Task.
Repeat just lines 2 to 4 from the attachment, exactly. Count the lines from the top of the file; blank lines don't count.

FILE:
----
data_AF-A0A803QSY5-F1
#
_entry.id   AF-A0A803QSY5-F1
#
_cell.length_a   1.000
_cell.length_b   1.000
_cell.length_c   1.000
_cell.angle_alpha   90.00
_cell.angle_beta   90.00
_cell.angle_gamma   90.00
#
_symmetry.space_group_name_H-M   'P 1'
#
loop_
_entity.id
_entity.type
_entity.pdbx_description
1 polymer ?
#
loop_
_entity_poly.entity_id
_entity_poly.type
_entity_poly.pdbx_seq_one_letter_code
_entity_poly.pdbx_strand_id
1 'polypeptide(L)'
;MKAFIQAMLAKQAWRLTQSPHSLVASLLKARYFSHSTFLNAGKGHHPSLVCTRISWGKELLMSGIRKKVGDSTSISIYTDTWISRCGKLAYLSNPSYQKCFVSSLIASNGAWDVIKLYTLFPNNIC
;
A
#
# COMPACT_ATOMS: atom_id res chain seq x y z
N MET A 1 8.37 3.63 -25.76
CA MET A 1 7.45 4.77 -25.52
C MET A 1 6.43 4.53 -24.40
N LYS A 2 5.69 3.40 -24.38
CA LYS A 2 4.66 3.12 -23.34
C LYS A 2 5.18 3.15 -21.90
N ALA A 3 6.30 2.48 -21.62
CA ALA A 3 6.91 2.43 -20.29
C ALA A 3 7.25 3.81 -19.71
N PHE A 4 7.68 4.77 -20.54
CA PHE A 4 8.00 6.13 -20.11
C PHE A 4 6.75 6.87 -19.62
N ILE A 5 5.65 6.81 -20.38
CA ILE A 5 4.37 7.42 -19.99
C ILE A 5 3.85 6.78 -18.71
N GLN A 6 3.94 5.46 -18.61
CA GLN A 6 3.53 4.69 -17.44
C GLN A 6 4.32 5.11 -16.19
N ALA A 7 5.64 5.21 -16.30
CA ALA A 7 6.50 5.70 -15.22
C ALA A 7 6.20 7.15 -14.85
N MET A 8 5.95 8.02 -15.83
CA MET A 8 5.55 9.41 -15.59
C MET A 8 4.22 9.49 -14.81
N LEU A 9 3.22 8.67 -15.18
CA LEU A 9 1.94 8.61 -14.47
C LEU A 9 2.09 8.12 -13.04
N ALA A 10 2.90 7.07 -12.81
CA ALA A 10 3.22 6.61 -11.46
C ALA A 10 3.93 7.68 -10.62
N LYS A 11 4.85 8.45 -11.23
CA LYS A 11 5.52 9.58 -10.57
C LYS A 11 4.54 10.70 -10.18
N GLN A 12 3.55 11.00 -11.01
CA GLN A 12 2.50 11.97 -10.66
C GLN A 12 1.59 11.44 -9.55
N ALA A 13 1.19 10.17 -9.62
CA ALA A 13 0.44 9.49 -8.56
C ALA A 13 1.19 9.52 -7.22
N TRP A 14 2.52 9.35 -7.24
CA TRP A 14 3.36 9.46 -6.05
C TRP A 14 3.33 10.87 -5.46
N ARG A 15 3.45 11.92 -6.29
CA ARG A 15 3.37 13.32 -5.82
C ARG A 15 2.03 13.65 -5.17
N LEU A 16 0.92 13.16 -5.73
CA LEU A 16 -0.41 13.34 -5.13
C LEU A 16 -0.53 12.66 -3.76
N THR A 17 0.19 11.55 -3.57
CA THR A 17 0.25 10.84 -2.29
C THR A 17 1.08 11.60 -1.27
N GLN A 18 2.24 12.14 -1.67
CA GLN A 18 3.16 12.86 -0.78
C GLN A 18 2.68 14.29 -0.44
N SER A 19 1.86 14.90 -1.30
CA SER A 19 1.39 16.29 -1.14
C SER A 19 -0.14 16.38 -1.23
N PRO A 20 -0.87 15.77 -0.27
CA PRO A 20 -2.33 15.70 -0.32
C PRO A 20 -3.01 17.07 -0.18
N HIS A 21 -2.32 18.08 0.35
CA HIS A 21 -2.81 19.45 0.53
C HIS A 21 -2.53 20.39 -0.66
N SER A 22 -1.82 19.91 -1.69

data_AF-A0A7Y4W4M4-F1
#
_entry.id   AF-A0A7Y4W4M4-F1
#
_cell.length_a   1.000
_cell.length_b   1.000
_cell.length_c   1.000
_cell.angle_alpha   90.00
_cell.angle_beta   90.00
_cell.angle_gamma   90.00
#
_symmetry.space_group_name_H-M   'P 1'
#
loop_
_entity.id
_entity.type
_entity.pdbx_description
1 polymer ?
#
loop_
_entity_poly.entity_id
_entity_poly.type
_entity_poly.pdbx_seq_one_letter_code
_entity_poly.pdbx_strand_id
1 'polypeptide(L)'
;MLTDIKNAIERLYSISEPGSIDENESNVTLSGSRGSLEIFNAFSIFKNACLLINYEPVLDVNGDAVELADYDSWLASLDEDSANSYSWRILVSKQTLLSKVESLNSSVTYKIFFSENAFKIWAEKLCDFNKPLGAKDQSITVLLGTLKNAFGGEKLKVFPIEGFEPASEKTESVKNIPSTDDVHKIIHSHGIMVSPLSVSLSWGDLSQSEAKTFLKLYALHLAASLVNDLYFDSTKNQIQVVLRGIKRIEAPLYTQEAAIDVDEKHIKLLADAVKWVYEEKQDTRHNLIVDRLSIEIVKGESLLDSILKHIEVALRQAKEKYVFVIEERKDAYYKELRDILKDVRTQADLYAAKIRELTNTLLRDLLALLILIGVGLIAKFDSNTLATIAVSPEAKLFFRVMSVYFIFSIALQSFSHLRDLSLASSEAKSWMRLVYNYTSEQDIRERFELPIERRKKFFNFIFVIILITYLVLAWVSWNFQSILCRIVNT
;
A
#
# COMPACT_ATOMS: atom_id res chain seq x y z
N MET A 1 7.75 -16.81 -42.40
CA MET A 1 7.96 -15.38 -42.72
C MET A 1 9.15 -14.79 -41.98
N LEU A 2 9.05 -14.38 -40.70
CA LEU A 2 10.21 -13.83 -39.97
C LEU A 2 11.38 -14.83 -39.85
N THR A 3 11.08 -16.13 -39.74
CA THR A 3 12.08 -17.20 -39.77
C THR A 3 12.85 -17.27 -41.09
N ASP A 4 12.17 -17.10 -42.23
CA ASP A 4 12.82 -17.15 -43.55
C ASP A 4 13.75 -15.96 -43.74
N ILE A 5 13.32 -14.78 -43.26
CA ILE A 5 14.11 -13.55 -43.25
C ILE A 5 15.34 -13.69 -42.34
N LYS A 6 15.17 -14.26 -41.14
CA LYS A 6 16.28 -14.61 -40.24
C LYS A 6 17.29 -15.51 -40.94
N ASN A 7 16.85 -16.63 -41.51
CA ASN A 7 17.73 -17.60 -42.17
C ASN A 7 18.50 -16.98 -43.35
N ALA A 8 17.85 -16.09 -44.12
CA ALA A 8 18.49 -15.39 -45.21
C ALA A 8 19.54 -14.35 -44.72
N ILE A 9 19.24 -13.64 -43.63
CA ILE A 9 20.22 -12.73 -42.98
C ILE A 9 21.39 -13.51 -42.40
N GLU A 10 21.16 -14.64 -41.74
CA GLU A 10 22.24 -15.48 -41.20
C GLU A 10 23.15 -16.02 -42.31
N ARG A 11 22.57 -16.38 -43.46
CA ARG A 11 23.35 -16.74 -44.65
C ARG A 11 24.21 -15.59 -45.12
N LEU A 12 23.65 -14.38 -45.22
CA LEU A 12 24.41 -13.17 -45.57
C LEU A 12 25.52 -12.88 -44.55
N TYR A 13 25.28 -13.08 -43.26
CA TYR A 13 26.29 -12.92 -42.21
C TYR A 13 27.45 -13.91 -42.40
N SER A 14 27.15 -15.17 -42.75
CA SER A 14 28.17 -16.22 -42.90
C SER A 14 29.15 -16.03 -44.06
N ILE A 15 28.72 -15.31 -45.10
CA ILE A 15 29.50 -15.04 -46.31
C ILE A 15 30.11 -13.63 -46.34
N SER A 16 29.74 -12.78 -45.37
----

#
_entry.id   AF-A0A803QSY5-F1
#